There is a lot of intensity that comes with being part of the side ranked number one in the world but there are lighter moments along the way. Yael describes watching world footballing great and former French midfielder Zinedine Zidane as like listening to Mozart and this link between football and music can also be seen with the US team and how they prepare and celebrate.

“Music always creates memories within the team. I remember that when I got my first cap the locker room song that was played every game was Snow Patrol ‘Chasing Cars’, and a pre-game locker room experience is never complete without HAO’s (Heather O’Reilly) rendition of Eminem’s ‘Lose Yourself’.”


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26-year-old Yael was a Svenska Cupen (Swedish Cup) winner with Kopparbergs/Göteborg FC in 2012 and the second half of the 2013 season is now underway. The support for the women’s game in Sweden was typically outstanding in the recent Euro 2013 tournament and the national league, the Damallsvenskan, is 13 games into its latest campaign. Göteborg finished 4th last season but are currently in 3rd, four points behind LdB FC Malmö and holders Tyresö (top on goal difference).

This weekend saw Yael and her teammates close the gap on the top two with a 1-0 win away to Mallbackens IF. Leaders Tyresö are one of the teams to have dropped points at this venue but Olivia Schough’s goal gave Göteborg all three points. 22-year-old Schough has a separate talent and Yael describes it amongst the most memorable of her career colleagues’ music tastes.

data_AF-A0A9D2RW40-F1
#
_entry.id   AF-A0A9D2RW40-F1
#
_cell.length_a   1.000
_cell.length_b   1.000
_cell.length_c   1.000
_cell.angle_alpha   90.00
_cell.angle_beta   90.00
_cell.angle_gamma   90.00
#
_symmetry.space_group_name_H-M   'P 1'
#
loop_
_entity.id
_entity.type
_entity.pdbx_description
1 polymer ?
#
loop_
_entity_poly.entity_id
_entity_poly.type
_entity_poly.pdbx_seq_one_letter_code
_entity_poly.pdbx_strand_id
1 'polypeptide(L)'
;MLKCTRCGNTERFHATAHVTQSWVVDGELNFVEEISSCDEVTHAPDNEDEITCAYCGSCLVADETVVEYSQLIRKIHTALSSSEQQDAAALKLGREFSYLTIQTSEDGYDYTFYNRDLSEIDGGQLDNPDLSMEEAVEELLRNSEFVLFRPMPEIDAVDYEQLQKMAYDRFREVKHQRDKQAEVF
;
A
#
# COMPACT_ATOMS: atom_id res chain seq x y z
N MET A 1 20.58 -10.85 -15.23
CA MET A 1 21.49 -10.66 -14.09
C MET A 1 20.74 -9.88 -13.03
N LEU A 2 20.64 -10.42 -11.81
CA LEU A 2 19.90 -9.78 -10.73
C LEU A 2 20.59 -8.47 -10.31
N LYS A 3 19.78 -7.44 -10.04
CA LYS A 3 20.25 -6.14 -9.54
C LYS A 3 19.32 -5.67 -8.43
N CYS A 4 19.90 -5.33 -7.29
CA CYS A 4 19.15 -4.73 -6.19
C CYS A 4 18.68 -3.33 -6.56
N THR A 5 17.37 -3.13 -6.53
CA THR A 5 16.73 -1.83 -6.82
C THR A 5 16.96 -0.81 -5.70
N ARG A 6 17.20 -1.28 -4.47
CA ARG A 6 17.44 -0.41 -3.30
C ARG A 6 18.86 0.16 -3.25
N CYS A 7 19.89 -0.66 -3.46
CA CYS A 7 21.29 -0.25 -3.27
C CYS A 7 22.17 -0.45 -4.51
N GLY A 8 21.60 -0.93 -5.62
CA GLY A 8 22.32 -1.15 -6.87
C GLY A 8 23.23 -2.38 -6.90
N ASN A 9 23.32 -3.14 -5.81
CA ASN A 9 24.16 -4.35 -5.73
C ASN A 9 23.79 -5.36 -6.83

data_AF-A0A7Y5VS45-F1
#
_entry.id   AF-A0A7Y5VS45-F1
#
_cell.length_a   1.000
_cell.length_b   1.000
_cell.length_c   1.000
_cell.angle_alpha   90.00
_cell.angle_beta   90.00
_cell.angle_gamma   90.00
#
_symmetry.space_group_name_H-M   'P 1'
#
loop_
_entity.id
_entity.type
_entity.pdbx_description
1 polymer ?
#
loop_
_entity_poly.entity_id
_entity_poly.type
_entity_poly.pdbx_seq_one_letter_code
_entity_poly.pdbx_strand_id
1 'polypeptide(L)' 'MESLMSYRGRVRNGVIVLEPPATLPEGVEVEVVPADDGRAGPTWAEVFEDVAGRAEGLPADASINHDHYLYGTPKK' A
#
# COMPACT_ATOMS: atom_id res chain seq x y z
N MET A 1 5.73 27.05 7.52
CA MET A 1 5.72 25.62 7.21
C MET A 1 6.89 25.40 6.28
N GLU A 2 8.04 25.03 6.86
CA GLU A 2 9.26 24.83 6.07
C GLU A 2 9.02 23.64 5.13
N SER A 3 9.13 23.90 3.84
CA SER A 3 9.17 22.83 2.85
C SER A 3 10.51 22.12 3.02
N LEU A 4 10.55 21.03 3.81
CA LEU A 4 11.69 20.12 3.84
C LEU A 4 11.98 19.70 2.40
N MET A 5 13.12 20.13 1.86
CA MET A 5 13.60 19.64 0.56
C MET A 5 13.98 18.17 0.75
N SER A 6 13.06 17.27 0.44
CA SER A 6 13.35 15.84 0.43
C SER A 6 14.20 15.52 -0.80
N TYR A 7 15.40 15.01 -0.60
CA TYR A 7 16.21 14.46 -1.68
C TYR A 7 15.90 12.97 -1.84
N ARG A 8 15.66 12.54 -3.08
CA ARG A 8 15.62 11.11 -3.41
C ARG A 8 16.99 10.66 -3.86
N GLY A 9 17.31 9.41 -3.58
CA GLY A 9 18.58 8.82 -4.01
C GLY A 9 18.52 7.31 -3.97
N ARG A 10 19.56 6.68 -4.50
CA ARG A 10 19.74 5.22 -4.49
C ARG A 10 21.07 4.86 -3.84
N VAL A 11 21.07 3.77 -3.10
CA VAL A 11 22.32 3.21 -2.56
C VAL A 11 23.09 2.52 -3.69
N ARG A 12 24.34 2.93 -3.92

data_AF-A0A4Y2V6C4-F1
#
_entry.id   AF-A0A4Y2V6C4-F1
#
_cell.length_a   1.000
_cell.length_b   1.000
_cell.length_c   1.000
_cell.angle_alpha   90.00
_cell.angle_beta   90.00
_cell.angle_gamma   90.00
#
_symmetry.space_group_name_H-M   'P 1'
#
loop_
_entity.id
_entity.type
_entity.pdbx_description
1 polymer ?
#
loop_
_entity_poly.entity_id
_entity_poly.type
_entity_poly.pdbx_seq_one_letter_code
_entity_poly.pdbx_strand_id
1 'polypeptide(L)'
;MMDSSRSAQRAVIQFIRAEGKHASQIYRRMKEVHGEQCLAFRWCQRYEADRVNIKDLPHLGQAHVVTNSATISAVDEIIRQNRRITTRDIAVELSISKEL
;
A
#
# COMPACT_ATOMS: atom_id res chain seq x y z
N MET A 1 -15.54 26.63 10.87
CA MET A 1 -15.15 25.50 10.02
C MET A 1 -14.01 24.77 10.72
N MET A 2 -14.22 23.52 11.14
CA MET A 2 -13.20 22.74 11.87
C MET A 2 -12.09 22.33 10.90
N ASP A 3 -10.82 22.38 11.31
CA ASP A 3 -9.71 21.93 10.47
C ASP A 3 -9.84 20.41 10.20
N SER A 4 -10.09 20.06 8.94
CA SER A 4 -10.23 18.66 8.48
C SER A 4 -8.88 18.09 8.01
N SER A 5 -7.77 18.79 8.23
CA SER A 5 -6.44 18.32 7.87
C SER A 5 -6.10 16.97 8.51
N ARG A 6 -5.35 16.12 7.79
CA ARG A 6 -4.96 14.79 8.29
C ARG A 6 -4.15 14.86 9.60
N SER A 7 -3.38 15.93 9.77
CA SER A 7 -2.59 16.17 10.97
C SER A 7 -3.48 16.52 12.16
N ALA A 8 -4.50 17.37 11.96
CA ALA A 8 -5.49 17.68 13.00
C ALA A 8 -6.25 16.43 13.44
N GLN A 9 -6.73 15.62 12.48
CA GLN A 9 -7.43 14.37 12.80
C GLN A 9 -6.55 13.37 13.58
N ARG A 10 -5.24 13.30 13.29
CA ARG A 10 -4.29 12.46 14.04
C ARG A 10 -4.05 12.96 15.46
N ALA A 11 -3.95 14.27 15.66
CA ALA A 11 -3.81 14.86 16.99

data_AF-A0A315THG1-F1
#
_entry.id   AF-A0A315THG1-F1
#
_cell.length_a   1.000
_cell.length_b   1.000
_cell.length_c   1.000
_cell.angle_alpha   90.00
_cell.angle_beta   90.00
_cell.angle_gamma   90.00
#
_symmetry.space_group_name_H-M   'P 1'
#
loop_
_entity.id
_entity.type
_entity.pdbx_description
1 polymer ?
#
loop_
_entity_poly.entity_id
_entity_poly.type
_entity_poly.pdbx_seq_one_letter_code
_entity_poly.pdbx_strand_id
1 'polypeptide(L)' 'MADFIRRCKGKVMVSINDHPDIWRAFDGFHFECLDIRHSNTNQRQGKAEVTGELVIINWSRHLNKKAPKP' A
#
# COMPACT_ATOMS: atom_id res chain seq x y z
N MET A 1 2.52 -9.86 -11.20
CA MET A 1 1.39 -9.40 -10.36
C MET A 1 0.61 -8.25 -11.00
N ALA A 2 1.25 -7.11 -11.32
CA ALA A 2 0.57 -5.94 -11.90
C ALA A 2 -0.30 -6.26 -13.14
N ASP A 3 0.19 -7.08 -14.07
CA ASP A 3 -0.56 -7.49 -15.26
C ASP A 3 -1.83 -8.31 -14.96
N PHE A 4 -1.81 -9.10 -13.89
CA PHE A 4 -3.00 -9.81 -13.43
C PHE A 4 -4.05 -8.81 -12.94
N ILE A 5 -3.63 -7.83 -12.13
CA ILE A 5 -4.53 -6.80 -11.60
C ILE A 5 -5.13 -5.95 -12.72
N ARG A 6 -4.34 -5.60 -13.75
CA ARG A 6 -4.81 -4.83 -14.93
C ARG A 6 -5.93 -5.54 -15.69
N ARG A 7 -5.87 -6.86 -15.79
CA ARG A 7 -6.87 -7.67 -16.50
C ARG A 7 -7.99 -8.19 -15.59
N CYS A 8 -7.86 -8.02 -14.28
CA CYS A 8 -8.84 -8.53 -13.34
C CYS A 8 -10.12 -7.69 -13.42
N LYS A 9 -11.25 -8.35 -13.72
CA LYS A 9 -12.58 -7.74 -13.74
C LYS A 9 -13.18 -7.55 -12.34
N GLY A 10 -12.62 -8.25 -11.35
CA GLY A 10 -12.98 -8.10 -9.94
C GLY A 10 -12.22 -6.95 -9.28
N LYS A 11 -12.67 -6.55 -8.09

“Well, Rosana from Brazil was definitely one of them, I actually have a couple songs she suggested to me that I still listen to. Because I went to college in the South (North Carolina), some of my teammates there really liked country music, which I hadn’t listened to much before then.
“One of my current teammates and member of the Swedish National Team, Olivia Schough, sings herself and has produced some songs with her sisters, so she is always singing either her own songs or sometimes Swedish songs I have never heard before, which is really cool.”

The youngest player in the W-League at 14 with New Jersey Lady Stallions, Yael took that notion of being successful against the odds in 2009. She was with Sky Blue FC when they overcame struggles such as managerial upheaval to finish 4th in the WPS and defeat each team in the play-offs who had finished above them in the regular season. The championship was won after a 1-0 victory over Los Angeles Sol in the final and her time with the team also included getting serenaded while travelling.

“One of my teammates on Sky Blue FC, Shannon Myers, would play the guitar and sing for us on bus trips. Her rendition of Colbie Caillat’s ‘Magic’ made me fall in love with that song.
“Also, back in the day with the Under-19 National Team, Megan Rapinoe played the guitar while our entire team sang Green Day ‘(Good Riddance) Time Of Your Life’. It sounded much better when just Pinoe was singing but still a memorable performance.”

Seattle Reign and US midfield star Megan Rapinoe is one of the past interviewees on this site and so too is England international and Yael’s Göteborg teammate Anita Asante. As mentioned, Yael’s first appearance in national colours at the top level was against England and her first records ever bought also had the English seal on them.